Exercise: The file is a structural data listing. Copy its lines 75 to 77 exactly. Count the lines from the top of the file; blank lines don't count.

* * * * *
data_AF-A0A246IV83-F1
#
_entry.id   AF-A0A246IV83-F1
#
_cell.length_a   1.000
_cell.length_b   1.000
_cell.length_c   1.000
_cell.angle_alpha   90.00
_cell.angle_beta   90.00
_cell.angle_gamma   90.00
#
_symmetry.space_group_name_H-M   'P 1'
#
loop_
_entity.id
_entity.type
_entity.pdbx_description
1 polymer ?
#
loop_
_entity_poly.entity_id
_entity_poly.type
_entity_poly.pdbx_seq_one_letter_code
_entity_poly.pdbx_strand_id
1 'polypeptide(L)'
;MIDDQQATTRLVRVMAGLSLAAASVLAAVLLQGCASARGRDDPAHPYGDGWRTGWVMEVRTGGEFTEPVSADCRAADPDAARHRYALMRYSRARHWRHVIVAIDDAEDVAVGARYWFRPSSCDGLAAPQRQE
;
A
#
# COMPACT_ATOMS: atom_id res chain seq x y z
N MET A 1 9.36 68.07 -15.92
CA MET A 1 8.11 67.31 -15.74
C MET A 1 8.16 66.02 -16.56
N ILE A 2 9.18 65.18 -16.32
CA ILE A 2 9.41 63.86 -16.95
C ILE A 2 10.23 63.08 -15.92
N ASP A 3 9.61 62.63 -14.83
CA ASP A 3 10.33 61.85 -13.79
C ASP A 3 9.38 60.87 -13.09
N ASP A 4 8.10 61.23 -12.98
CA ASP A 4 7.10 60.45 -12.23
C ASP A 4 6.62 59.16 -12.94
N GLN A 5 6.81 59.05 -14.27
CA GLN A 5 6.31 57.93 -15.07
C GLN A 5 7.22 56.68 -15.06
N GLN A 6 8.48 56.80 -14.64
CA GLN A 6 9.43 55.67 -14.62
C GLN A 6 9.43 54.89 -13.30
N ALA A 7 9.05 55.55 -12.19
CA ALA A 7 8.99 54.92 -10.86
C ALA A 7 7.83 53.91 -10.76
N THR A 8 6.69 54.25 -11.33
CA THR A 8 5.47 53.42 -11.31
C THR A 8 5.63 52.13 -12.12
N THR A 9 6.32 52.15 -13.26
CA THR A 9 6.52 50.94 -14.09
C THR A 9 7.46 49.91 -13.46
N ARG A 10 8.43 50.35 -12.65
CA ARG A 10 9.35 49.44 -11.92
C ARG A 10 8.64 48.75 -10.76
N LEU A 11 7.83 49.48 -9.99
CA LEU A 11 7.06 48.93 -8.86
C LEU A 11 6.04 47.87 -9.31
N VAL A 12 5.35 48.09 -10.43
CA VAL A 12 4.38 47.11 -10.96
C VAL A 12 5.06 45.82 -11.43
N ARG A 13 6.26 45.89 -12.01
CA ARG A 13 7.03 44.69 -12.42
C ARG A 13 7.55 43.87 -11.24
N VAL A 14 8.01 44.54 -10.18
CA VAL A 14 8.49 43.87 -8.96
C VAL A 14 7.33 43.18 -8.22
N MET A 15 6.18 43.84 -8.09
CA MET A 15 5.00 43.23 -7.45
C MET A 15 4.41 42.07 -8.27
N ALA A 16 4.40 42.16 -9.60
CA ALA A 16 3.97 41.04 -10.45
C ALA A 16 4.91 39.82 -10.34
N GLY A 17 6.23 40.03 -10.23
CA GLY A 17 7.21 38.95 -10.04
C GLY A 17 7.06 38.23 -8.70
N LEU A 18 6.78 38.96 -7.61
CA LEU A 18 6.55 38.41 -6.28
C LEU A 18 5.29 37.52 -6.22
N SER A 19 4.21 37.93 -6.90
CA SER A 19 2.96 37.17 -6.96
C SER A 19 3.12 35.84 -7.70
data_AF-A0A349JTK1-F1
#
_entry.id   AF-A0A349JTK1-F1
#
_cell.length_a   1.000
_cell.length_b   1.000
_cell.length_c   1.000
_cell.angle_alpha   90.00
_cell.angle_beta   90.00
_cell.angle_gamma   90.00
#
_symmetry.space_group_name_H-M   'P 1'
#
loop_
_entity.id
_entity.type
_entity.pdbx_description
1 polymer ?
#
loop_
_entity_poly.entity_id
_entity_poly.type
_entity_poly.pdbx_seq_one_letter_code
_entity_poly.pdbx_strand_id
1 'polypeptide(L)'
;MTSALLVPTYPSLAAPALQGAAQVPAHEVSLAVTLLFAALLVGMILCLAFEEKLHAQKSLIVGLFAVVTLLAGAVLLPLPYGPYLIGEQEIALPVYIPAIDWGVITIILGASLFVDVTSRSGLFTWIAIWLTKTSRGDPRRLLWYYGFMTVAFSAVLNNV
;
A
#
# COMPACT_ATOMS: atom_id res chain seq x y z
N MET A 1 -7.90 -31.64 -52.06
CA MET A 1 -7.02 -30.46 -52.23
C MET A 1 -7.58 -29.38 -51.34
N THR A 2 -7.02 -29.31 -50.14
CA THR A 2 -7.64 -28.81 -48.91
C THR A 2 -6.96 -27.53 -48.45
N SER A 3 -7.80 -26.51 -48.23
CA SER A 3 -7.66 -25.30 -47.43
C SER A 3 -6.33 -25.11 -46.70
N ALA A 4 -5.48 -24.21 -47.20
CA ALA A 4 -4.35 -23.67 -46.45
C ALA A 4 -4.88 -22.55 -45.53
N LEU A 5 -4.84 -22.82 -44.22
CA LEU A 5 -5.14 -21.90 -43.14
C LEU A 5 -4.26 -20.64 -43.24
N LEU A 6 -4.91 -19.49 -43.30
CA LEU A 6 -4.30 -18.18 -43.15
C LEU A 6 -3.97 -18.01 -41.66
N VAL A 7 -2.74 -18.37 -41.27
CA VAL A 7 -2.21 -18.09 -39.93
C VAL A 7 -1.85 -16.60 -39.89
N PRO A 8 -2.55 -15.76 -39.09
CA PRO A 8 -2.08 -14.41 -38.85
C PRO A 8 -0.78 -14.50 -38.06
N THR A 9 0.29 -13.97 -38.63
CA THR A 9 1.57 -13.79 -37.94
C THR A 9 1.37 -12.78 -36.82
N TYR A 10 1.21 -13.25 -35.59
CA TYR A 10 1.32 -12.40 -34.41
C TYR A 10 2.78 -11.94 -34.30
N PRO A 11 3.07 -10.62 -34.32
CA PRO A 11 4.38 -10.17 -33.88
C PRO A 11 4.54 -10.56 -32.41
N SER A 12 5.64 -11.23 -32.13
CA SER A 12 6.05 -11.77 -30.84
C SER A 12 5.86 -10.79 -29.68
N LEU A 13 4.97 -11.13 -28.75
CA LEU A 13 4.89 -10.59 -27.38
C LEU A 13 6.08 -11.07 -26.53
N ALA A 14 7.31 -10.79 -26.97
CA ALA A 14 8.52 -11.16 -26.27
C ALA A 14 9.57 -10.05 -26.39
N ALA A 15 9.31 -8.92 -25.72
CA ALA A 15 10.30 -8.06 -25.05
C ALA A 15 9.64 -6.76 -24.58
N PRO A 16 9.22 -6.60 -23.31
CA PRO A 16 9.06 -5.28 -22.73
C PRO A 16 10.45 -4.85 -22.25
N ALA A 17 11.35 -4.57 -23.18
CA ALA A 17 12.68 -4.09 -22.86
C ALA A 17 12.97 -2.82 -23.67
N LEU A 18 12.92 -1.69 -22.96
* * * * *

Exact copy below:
C MET A 15 4.41 42.07 -8.27
N ALA A 16 4.40 42.16 -9.60
CA ALA A 16 3.97 41.04 -10.45